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Webcasting Provider Livestream Releases New Studio-In-A-Box Video Production Hardware

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Livestream, one of the leading video companies enabling live web broadcasts, is taking a big leap today into the hardware business by offering its own video production switcher. Years ago, creating a high quality live show outside the studio required an expensive TV production truck. Major network events, like the conventions and sporting events still need a truck or several. But, most webcasts don’t support that level of investment. A typical webcast uses just one camera, which can be pretty visually boring . Livestream is looking to give live event producers who use its platform a more cost effective option with its new multi-camera studio-in-a-box. It may also give viewers of web videos a more professional-looking, engaging show.

The Livestream Studio HD500 (nice to start with a high number like 500?) is not for everyone. The new hardware, announced this morning, costs $8,500 and starts shipping next month. The product features 5 live video inputs and 5 outputs in a variety of formats from SD to HD. It also features audio mixing, graphic overlays, and a digital video recorder and player. In one-click, it can also stream to Livestream’s platform.

Max Haot, CEO and Co-founder of Livestream, says the move to become a hardware seller fits the company’s mission “to make it easier and more affordable for producers and event owners to produce high quality HD multi-camera live streams.”

Livestream appears to be taking aim at the Tricaster, made by Newtek, one of the current major studio-in-a-box providers for webcasting. (TechCrunch uses two of them when we produce our Disrupt conference webcasts.) Newtek announced new models in April priced at $20,000 and $30,000. But just last month, Newtek announced its TriCaster 40, priced at just under $5,000. Newtek has been a player in the all-in-one production space for many years. It introduced the Video Toaster back in 1990 that ran on the Commodore Amiga computer. The technology has certainly come a long way.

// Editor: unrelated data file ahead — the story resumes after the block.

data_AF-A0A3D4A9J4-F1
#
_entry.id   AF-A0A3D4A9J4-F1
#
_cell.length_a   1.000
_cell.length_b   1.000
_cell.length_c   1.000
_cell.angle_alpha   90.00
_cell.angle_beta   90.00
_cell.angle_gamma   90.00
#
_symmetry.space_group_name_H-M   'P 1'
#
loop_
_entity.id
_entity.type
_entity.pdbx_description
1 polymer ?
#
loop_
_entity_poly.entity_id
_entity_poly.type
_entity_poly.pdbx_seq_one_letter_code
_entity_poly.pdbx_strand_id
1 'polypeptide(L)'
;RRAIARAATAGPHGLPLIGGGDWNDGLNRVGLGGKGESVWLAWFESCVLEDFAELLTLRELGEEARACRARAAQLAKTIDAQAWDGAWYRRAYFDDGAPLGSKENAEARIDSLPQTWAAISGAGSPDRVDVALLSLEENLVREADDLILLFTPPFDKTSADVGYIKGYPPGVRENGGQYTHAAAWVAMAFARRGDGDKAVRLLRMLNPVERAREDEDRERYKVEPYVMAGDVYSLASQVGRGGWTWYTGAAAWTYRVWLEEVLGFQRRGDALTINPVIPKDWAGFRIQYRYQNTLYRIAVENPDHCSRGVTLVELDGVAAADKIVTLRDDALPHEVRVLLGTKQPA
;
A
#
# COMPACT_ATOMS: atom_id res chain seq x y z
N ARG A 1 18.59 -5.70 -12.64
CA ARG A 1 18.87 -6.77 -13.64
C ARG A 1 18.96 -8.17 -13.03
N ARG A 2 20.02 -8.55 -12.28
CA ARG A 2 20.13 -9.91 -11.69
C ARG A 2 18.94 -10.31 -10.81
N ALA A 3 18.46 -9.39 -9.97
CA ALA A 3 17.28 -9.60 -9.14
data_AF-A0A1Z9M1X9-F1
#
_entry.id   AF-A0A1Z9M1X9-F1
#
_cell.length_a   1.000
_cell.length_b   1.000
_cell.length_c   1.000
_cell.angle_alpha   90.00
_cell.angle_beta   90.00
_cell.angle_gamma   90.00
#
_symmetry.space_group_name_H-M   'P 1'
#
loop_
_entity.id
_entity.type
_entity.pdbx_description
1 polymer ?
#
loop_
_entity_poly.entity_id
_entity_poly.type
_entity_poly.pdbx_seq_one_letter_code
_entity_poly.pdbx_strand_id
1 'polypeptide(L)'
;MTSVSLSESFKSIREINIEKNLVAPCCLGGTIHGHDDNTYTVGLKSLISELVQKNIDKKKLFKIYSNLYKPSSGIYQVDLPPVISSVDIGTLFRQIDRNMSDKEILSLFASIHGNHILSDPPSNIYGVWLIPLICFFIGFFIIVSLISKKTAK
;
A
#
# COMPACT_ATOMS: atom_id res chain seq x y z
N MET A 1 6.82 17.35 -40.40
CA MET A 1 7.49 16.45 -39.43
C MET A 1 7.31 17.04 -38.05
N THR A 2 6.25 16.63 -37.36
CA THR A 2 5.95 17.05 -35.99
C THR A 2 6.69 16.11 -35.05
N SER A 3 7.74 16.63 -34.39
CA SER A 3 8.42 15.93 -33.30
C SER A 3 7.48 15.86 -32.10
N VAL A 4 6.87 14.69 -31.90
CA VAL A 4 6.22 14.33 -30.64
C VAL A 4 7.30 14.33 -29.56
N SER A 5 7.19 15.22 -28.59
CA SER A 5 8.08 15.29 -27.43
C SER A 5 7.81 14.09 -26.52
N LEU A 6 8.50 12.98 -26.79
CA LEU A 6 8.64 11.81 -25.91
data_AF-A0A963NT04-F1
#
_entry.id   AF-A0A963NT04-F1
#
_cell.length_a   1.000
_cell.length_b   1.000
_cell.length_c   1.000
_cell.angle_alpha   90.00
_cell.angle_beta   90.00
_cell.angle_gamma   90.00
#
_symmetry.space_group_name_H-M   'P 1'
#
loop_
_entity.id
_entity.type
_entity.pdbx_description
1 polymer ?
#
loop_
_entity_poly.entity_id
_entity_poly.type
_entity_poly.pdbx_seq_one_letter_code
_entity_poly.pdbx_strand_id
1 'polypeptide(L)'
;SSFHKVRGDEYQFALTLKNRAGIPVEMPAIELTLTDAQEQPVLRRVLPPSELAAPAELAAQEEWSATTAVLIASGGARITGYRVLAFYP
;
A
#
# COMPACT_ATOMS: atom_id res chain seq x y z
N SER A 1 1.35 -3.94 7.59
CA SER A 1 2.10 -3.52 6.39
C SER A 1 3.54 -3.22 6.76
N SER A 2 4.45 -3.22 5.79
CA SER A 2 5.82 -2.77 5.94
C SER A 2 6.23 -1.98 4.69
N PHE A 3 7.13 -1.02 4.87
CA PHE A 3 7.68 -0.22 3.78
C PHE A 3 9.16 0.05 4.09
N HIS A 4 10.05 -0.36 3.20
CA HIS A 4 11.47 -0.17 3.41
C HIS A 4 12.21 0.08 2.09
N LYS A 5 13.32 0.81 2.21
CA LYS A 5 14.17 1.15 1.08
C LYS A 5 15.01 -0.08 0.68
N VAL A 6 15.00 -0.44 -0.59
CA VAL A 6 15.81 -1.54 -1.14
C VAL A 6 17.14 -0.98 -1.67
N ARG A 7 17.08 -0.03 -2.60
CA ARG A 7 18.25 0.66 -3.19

TechCrunch hasn’t had a chance yet to test the HD500. It will be interesting to see how well Livestream, mostly known for its streaming infrastructure, can sell this hardware product.

This isn’t the first move Livestream has made into selling hardware. Earlier this year, they released the Livestream Broadcaster which enables single-camera HD productions to be webcast without a computer.

Livestream also says they will release a software version of the switcher in the first quarter of 2013. It will work with some Blackmagic video input cards and webcam, and let your PC or Mac become a broadcast quality switcher. Other companies already offer ways to turn your computer into a tv truck, such as BoinxTV. While computers have gotten much more reliable, there always the risk they will freeze up during a show.

That’s one of several reasons why major broadcasters are not likely to abandon their million dollar production trucks anytime soon. But, these new hardware and software products do go a long way toward making webcasts look like bigger budget shows.

You can view Max Haot’s interview last year on our Founder Stories show here.

Disclaimer: TechCrunch’s streaming partner on our live events is Ustream, a competitor of Livestream. We also partner with Newtek and use their Tricaster.